• The IRA deduction for the year of the higher-paying spouse
  • Any non-deductible contribution designated for the year paid on behalf of the spouse increased
  • Contributions to Roth IRA on behalf of higher-paying spouse

You can fund a spousal IRA while also contributing to your IRA for the year.

Financing a custodial IRA

A custodial IRA is opened by a parent on behalf of a child who has earned income. For example, if your child starts their own small business or gets a part-time job after school, they may be eligible for a custodial IRA. As a parent, you would act as the custodian of the account until your child reaches the age of majority in your state, typically between the ages of 18 and 21.

Custody IRA limits are the lesser of the annual contribution limit or your child’s earnings for the year. So, if the annual limit (as of 2022) is $6,000 but your child earns only $3,000, the maximum allowable contribution to their custodial IRA is $3,000.

Opening a custodial IRA for your child could be a smart move if you want to give them a head start on retirement savings. Keep in mind that once the account becomes theirs, they would be subject to the same tax rules that apply to all other IRAs. Withdrawing money before the age of 59.5, for example, could result in a 10% early withdrawal penalty, unless an exception applies.

If you have an IRA, you may be able to open a custodial IRA with the same brokerage.

Can you put money into someone else’s 401(k)?

No. A 401(k) plan can only be funded through elective salary deferrals made by the employee in whose name the account was opened and matching contributions from their employer.

Can I gift my 401(k) to my child?

If you want to leave your 401(k) with your child and you’re divorced or unmarried (i.e., don’t have a spouse), you can simply name them as a beneficiary in your account. If you have a spouse, however, they are automatically entitled to everything in the account, regardless of who is named as a beneficiary of the plan. Your spouse would need to make a written waiver to allow your child to inherit the 401(k).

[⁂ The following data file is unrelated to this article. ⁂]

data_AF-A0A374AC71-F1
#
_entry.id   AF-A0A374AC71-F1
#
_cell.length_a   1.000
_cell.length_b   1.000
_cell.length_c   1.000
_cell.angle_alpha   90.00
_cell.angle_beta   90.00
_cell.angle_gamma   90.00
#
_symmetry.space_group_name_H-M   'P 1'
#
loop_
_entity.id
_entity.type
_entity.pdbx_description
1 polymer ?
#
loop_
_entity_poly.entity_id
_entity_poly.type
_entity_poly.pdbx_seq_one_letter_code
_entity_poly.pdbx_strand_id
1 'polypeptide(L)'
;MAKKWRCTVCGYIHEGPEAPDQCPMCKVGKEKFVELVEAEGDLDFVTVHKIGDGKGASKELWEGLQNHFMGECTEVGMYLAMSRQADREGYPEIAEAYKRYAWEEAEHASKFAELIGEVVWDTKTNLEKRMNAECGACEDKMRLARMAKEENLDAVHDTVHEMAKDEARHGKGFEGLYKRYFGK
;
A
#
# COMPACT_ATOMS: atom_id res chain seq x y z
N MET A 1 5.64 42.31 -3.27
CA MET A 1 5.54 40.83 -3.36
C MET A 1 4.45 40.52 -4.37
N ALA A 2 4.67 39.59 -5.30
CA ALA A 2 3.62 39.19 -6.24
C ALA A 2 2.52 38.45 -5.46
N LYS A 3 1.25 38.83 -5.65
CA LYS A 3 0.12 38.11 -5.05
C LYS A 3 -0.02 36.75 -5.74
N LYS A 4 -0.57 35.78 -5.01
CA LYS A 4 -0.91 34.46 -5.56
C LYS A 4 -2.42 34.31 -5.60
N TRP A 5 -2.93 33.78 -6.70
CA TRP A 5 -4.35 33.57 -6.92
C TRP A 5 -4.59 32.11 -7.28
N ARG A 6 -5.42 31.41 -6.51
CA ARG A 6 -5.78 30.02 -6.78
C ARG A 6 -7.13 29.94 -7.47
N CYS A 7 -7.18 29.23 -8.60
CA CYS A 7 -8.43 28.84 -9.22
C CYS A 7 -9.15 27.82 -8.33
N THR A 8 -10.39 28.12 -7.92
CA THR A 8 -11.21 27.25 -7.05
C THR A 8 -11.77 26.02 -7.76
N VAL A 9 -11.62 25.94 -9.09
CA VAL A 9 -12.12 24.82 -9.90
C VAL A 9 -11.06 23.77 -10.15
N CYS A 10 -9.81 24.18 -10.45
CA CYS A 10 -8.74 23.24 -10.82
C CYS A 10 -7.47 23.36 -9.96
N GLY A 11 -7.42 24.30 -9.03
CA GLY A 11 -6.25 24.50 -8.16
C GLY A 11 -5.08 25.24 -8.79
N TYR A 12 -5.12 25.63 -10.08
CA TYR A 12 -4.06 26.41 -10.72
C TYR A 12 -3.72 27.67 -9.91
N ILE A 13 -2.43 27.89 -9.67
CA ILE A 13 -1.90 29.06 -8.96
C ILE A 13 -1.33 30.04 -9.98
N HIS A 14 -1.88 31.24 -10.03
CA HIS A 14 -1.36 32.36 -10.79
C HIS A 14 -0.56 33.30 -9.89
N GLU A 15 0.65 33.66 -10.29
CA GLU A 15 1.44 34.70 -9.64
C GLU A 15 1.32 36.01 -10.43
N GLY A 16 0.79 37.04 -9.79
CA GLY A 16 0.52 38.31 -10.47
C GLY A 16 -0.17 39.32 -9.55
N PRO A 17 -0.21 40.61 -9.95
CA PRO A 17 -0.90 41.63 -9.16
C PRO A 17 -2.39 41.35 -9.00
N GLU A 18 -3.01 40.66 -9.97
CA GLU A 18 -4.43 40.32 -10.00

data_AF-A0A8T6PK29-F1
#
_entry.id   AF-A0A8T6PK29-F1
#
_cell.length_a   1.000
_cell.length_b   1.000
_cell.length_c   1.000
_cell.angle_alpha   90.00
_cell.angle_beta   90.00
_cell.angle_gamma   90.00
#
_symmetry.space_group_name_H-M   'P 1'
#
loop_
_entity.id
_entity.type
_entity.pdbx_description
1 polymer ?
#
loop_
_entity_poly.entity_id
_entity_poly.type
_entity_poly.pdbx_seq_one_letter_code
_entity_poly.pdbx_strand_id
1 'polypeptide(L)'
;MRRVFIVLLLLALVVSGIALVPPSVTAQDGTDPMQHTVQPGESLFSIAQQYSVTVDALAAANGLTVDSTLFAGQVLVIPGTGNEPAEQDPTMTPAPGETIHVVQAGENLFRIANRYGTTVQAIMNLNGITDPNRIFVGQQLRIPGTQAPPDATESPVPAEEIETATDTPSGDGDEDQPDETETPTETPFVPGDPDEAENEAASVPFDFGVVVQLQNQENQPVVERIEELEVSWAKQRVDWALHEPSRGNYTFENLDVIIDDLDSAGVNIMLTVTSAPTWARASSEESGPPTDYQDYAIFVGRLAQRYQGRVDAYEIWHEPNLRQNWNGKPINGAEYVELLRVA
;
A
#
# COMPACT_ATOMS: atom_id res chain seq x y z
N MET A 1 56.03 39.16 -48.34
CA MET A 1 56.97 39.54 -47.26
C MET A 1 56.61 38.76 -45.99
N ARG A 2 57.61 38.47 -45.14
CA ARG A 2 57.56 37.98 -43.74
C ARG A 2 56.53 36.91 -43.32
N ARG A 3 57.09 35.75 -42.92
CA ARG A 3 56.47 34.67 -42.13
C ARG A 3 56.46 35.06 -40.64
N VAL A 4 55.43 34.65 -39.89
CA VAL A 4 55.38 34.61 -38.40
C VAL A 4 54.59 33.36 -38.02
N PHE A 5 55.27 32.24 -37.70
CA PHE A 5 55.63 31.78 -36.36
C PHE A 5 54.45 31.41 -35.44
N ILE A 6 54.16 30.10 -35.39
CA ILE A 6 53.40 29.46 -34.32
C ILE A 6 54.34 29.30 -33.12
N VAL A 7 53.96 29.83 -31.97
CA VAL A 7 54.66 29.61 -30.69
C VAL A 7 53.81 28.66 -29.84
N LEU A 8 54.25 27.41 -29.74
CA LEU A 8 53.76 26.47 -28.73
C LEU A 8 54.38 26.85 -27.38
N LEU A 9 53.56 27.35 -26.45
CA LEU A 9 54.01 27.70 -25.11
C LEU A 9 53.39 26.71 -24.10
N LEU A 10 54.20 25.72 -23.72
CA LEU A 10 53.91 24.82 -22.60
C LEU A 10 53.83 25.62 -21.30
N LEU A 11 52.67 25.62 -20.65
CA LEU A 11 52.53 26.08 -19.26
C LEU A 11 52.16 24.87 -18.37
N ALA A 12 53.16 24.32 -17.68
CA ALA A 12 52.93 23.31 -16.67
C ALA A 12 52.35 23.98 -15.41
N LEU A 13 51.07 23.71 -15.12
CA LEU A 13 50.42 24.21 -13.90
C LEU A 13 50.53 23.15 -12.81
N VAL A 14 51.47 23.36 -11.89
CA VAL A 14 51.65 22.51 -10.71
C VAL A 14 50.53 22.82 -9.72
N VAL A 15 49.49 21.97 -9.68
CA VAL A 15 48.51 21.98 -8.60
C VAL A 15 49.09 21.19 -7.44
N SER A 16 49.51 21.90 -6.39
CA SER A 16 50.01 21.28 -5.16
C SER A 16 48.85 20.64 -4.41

If the child is still a minor, your plan may not allow you to name him or her as a beneficiary. If so, you could still give them 401(k) money by withdrawing it, but that could result in tax penalties.

Can someone make a contribution to someone else’s IRA?

It’s possible to make contributions to someone else’s IRA if you’ve set up a spousal IRA or a custodial IRA. The former can be established on behalf of a non-working spouse. The latter is designed to allow parents to save for a child’s retirement on their behalf if the child has earned an income. Both are subject to annual contribution limits and the same tax rules that apply to other IRAs.

The bottom line

A 401(k) plan can be an important part of your retirement savings strategy. While you can’t contribute to someone else’s 401(k) or ask them to contribute to yours, it is possible to fund an IRA for someone else. When making contributions to an IRA, whether spousal or custodial, it is important to understand the applicable tax rules and contribution limits to avoid conflict with the IRS. Also, consider whether saving on behalf of someone else makes sense if it potentially means reducing your 401(k) contributions.